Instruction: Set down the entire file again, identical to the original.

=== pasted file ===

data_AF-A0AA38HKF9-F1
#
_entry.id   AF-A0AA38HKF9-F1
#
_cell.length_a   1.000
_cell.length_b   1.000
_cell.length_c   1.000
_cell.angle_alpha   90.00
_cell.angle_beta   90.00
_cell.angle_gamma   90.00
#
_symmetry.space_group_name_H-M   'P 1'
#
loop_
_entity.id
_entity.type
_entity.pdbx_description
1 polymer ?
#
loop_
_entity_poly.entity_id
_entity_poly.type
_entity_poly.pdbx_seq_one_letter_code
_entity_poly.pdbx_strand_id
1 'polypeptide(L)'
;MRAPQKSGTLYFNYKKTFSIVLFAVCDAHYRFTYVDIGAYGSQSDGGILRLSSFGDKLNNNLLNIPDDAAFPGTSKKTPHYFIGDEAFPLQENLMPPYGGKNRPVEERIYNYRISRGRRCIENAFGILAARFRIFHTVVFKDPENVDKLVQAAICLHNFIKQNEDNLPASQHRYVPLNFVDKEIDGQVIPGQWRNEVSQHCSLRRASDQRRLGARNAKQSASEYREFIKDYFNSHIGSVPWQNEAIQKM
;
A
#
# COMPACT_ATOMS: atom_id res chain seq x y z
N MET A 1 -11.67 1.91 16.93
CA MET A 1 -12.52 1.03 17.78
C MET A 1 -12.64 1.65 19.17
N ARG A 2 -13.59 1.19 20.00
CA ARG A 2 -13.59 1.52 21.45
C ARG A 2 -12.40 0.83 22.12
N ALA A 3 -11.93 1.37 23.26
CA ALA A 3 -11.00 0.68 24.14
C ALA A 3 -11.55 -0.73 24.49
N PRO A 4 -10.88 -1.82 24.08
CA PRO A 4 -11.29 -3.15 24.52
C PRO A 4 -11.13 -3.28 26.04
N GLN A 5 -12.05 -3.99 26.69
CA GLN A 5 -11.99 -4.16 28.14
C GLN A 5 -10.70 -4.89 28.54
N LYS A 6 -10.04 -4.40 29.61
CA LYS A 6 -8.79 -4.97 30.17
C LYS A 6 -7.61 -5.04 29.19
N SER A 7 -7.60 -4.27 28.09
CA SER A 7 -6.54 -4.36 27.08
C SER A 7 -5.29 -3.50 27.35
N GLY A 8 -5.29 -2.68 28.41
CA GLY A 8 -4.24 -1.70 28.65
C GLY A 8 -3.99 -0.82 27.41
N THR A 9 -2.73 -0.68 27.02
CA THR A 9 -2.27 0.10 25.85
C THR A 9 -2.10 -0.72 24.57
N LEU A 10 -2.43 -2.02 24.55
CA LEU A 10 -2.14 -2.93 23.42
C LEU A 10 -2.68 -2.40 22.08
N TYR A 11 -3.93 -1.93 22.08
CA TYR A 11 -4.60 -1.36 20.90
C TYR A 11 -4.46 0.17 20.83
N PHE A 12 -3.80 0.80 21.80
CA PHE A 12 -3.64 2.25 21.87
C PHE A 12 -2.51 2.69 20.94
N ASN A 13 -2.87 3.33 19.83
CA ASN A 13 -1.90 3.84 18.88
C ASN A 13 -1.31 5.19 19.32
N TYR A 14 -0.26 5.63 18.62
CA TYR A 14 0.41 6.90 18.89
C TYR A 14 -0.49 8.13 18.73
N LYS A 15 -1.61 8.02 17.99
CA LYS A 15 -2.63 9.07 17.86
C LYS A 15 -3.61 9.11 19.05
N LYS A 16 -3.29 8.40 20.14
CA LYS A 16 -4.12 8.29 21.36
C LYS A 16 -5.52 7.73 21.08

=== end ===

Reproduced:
data_AF-A0AA38HKF9-F1
#
_entry.id   AF-A0AA38HKF9-F1
#
_cell.length_a   1.000
_cell.length_b   1.000
_cell.length_c   1.000
_cell.angle_alpha   90.00
_cell.angle_beta   90.00
_cell.angle_gamma   90.00
#
_symmetry.space_group_name_H-M   'P 1'
#
loop_
_entity.id
_entity.type
_entity.pdbx_description
1 polymer ?
#
loop_
_entity_poly.entity_id
_entity_poly.type
_entity_poly.pdbx_seq_one_letter_code
_entity_poly.pdbx_strand_id
1 'polypeptide(L)'
;MRAPQKSGTLYFNYKKTFSIVLFAVCDAHYRFTYVDIGAYGSQSDGGILRLSSFGDKLNNNLLNIPDDAAFPGTSKKTPHYFIGDEAFPLQENLMPPYGGKNRPVEERIYNYRISRGRRCIENAFGILAARFRIFHTVVFKDPENVDKLVQAAICLHNFIKQNEDNLPASQHRYVPLNFVDKEIDGQVIPGQWRNEVSQHCSLRRASDQRRLGARNAKQSASEYREFIKDYFNSHIGSVPWQNEAIQKM
;
A
#
# COMPACT_ATOMS: atom_id res chain seq x y z
N MET A 1 -11.67 1.91 16.93
CA MET A 1 -12.52 1.03 17.78
C MET A 1 -12.64 1.65 19.17
N ARG A 2 -13.59 1.19 20.00
CA ARG A 2 -13.59 1.52 21.45
C ARG A 2 -12.40 0.83 22.12
N ALA A 3 -11.93 1.37 23.26
CA ALA A 3 -11.00 0.68 24.14
C ALA A 3 -11.55 -0.73 24.49
N PRO A 4 -10.88 -1.82 24.08
CA PRO A 4 -11.29 -3.15 24.52
C PRO A 4 -11.13 -3.28 26.04
N GLN A 5 -12.05 -3.99 26.69
CA GLN A 5 -11.99 -4.16 28.14
C GLN A 5 -10.70 -4.89 28.54
N LYS A 6 -10.04 -4.40 29.61
CA LYS A 6 -8.79 -4.97 30.17
C LYS A 6 -7.61 -5.04 29.19
N SER A 7 -7.60 -4.27 28.09
CA SER A 7 -6.54 -4.36 27.08
C SER A 7 -5.29 -3.50 27.35
N GLY A 8 -5.29 -2.68 28.41
CA GLY A 8 -4.24 -1.70 28.65
C GLY A 8 -3.99 -0.82 27.41
N THR A 9 -2.73 -0.68 27.02
CA THR A 9 -2.27 0.10 25.85
C THR A 9 -2.10 -0.72 24.57
N LEU A 10 -2.43 -2.02 24.55
CA LEU A 10 -2.14 -2.93 23.42
C LEU A 10 -2.68 -2.40 22.08
N TYR A 11 -3.93 -1.93 22.08
CA TYR A 11 -4.60 -1.36 20.90
C TYR A 11 -4.46 0.17 20.83
N PHE A 12 -3.80 0.80 21.80
CA PHE A 12 -3.64 2.25 21.87
C PHE A 12 -2.51 2.69 20.94
N ASN A 13 -2.87 3.33 19.83
CA ASN A 13 -1.90 3.84 18.88
C ASN A 13 -1.31 5.19 19.32
N TYR A 14 -0.26 5.63 18.62
CA TYR A 14 0.41 6.90 18.89
C TYR A 14 -0.49 8.13 18.73
N LYS A 15 -1.61 8.02 17.99
CA LYS A 15 -2.63 9.07 17.86
C LYS A 15 -3.61 9.11 19.05
N LYS A 16 -3.29 8.40 20.14
CA LYS A 16 -4.12 8.29 21.36
C LYS A 16 -5.52 7.73 21.08